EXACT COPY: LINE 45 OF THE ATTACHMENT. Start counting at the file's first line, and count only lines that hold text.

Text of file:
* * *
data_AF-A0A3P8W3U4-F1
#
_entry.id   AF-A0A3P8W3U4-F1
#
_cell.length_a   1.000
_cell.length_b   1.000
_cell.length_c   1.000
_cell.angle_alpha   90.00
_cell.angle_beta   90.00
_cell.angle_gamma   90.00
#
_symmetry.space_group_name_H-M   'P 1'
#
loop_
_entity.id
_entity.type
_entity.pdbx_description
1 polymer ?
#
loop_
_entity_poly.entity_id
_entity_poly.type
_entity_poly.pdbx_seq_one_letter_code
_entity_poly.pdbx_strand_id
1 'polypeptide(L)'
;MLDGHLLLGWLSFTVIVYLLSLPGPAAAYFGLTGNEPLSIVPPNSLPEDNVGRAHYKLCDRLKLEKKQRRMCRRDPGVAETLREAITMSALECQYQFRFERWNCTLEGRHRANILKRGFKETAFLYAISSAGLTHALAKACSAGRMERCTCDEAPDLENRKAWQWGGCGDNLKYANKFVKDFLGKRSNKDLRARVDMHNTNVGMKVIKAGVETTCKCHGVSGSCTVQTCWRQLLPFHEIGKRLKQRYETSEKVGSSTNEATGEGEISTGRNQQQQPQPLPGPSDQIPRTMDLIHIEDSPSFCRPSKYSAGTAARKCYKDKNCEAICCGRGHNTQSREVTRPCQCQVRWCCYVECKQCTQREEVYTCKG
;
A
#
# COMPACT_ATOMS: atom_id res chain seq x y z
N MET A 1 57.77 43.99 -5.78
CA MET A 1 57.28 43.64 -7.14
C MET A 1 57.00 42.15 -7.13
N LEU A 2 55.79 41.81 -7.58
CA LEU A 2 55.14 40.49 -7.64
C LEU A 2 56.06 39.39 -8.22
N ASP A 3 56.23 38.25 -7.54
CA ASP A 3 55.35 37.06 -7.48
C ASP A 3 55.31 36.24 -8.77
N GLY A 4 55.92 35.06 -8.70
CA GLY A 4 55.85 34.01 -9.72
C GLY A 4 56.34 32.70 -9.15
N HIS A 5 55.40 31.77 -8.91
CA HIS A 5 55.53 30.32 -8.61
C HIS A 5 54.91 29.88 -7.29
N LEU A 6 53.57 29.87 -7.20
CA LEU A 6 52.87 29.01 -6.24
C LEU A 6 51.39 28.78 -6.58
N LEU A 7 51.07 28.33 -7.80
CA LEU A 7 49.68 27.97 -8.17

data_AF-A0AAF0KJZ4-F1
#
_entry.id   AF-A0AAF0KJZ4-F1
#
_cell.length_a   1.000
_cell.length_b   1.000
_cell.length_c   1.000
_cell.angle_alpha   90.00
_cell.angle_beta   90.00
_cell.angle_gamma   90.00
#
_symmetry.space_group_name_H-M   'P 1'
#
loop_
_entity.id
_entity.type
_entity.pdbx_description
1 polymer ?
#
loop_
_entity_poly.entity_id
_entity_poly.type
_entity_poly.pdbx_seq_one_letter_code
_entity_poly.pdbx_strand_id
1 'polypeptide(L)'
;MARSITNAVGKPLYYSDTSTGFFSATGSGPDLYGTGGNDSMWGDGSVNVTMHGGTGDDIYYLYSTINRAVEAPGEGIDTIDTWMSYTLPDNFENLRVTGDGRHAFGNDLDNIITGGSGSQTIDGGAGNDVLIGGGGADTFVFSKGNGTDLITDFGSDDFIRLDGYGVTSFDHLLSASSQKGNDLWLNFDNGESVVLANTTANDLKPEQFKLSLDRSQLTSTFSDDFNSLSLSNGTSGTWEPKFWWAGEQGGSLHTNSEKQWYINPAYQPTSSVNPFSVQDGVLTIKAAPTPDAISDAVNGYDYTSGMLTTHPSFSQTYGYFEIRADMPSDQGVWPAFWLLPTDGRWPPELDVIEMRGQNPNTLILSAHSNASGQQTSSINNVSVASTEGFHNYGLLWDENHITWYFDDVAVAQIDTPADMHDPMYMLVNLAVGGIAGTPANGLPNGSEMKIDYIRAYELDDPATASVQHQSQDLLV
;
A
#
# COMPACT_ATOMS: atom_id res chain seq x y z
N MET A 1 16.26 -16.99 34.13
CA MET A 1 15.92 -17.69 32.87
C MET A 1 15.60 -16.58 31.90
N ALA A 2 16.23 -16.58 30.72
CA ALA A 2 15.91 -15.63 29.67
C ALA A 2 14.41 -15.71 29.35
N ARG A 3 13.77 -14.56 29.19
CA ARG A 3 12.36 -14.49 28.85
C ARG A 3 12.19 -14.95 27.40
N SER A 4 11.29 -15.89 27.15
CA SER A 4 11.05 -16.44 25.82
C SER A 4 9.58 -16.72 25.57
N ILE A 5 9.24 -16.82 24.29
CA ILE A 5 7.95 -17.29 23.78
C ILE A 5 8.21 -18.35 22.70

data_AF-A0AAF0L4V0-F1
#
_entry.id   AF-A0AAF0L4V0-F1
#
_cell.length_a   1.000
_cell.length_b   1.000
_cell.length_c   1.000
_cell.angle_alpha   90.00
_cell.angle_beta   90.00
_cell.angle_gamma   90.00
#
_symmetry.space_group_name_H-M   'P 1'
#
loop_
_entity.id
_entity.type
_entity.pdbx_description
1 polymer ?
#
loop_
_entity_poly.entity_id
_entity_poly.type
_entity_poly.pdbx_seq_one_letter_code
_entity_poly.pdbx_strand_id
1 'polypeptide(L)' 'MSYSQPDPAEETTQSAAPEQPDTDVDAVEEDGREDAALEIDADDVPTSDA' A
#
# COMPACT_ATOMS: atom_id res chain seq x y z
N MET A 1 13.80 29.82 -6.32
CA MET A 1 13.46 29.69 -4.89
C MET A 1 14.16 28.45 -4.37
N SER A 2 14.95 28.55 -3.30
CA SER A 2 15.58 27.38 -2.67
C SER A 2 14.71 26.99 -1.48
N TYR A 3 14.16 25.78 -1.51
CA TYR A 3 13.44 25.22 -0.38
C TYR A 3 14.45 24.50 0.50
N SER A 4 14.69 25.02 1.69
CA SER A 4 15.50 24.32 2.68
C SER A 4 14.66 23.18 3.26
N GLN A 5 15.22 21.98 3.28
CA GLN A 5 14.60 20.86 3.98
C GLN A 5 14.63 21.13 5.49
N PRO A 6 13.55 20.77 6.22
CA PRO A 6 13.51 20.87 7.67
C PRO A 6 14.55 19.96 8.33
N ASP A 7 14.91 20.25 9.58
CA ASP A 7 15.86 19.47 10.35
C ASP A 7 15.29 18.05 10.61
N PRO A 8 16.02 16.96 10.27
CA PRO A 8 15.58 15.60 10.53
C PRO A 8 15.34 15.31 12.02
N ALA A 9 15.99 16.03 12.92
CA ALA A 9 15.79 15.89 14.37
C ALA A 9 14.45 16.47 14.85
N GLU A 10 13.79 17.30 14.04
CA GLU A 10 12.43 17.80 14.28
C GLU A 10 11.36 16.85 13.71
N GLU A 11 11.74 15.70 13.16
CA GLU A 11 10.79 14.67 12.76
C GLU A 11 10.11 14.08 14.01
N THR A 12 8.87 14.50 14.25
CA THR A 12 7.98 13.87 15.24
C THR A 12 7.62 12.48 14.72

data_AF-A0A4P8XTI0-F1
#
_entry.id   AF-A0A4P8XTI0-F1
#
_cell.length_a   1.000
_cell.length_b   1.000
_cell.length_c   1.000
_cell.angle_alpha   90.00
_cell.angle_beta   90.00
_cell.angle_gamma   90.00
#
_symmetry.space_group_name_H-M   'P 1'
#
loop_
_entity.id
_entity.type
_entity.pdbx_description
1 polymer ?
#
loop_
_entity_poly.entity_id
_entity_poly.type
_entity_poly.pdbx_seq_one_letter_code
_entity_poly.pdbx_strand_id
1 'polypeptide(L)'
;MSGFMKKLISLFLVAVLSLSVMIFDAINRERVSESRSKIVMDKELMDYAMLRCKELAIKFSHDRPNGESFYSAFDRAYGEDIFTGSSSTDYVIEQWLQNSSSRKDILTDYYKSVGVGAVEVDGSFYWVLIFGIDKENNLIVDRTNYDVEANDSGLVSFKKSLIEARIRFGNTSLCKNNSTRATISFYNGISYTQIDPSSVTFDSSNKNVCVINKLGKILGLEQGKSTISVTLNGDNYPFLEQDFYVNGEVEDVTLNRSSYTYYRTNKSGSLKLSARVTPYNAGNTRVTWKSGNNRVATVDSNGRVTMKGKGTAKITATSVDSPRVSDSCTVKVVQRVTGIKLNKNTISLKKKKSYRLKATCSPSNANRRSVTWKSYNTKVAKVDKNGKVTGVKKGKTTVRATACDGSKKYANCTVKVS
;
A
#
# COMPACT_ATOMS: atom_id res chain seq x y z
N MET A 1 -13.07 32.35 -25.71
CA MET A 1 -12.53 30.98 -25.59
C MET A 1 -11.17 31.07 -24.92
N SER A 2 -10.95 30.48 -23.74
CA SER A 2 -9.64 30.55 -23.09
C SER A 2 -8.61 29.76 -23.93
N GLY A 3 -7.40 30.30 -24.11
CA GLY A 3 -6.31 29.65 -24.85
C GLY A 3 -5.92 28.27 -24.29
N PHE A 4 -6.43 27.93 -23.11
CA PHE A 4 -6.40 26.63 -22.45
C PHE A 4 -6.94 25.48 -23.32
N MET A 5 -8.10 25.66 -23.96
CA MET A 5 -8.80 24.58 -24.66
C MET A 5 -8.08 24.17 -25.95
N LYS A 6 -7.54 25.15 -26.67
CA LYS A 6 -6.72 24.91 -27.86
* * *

C HIS A 5 54.91 29.88 -7.29